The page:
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I want to thank Minister Thorpe for his powerful leadership and determined efforts to rewrite the previous unfair tax system. The municipality of Whistler has had years to come up with some sort of a solution but their mantra was always “no net loss of revenue”. They were concerned about the revenues with no consideration given to the effect it had on a certain portion of the taxpayers.
There has to be some accountability in taxation. According to the Vancouver Sun, a home with the assessed value of $750,000 pays property taxes of $1,500. In Whistler a condo with the assessed value of $360,000 paid $8,000 under the previous tax structure. It will now pay $4,000. We need to examine not just the revenues but also the expenditures. The RMOW receives enormous revenues for a small community. Maybe it is time to review the RMOW’s seemingly insatiable appetite for tax dollars and tighten its financial belt.
Let us be true to our words
If the U.S. and Canada comply with emission reduction measures as mandated by the Kyoto Protocol, will the world be free from the threat of global warming? Well not really, so what is the use of pushing the Kyoto standard if it won’t remove the global warming threat completely?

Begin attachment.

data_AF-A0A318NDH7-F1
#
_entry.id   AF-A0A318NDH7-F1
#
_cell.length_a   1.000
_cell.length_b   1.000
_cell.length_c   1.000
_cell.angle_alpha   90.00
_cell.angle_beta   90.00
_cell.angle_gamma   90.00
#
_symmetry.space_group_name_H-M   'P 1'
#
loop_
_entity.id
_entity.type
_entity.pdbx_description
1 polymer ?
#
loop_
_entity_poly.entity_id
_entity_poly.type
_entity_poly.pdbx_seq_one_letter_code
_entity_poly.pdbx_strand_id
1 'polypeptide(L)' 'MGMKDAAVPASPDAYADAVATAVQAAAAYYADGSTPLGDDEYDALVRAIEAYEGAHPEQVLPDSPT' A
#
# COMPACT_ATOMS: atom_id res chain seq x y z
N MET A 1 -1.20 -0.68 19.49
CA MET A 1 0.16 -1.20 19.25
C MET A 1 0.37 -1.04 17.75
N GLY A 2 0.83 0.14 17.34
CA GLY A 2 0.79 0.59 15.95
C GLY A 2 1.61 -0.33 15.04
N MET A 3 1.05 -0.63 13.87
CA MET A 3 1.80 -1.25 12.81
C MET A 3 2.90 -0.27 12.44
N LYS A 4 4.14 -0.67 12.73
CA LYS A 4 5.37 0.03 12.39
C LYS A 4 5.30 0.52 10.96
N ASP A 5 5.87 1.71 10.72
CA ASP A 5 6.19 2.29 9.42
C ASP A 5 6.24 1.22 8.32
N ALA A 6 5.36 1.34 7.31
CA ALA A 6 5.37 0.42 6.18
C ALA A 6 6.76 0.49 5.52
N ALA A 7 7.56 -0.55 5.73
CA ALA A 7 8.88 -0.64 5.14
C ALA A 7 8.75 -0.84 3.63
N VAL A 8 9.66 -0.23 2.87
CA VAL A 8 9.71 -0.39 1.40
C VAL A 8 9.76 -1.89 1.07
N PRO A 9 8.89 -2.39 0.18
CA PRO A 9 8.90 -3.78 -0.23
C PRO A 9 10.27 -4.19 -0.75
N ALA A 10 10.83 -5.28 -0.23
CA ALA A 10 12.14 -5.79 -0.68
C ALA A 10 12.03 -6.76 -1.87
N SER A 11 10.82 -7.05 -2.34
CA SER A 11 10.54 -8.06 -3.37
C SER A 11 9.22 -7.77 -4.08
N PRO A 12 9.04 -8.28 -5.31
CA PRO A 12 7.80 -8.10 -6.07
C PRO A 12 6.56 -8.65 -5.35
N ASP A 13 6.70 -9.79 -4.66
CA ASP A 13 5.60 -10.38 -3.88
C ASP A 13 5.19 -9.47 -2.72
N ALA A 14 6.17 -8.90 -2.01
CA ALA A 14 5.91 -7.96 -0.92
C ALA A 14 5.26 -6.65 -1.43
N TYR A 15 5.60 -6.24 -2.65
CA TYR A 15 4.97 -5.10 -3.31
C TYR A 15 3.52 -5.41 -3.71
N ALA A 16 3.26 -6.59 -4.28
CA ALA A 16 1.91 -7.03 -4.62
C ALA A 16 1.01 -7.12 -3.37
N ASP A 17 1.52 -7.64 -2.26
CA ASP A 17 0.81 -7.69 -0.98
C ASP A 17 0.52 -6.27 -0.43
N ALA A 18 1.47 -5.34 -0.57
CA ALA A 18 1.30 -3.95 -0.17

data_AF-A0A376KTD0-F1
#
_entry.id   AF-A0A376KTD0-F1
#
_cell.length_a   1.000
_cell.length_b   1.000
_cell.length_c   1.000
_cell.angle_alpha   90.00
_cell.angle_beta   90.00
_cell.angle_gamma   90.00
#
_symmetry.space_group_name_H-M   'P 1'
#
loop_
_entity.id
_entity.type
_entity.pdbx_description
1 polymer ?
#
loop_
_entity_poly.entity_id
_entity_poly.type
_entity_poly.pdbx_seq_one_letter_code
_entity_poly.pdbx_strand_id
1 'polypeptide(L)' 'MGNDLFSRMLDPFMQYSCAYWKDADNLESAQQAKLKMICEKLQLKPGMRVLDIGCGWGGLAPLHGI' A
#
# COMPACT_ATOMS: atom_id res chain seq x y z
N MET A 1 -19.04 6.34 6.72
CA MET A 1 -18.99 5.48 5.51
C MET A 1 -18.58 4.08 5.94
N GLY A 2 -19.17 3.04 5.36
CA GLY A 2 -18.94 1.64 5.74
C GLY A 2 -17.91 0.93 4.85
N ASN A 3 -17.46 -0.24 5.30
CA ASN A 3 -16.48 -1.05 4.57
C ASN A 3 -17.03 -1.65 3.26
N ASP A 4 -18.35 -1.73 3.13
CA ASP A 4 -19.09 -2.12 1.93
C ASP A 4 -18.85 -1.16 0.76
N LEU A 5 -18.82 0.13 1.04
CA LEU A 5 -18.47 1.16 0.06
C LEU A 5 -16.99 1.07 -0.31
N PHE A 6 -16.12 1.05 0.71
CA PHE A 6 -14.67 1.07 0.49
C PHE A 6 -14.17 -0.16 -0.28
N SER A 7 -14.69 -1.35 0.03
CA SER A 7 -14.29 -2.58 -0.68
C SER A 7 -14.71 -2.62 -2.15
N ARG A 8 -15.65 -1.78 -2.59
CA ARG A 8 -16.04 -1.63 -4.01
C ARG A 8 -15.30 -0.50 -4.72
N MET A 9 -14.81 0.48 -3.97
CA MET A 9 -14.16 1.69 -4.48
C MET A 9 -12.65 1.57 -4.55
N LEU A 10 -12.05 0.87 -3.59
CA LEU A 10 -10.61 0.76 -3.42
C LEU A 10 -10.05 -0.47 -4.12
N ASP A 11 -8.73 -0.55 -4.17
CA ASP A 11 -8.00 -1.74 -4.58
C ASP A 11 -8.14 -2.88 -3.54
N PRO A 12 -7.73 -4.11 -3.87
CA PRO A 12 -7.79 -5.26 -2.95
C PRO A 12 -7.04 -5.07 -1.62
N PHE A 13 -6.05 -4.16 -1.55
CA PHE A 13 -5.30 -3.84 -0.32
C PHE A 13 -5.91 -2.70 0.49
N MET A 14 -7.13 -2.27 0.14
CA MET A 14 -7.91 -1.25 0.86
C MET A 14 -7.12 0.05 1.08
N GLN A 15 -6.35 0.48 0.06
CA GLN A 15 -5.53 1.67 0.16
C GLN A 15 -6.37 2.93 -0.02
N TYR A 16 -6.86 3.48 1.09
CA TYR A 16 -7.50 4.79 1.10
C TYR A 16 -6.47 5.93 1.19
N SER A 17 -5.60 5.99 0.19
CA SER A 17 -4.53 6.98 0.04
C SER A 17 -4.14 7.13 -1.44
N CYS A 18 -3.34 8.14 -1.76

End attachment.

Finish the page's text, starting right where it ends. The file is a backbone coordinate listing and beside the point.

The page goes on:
The problem with Kyoto is that the protocol does not impose any punishment or incentives for the countries to meet them, not alone do more to remove the global warming threat completely. Many developing countries still also do not agree with the basic principle of the Kyoto Protocol. The current system focuses on reduction of emissions relative to 1990: the more a country polluted in 1990, the more it is entitled to pollute in the future. People in developing countries naturally ask, “By what rights are people of the developed countries entitled to pollute more than we are, simply because they polluted more in the past?” Their logic says, “because they polluted more in the past, they should be made to pollute less in the future and we should be allowed to pollute more”. Moreover, if a country like Canada can walk away from Kyoto commitment, what kind of message will the developing world get from us?
In 2005 the developing countries were producing nearly 40 per cent of global greenhouse gas emissions, and by sometime around 2025, on current projections, developing countries will be emitting more greenhouse gases than the developed world. So in a sense in 2025, even after all of the lifestyle changes that we have made and sustainability measures we have taken at home, we will still be at square one in terms of reducing global greenhouse gases.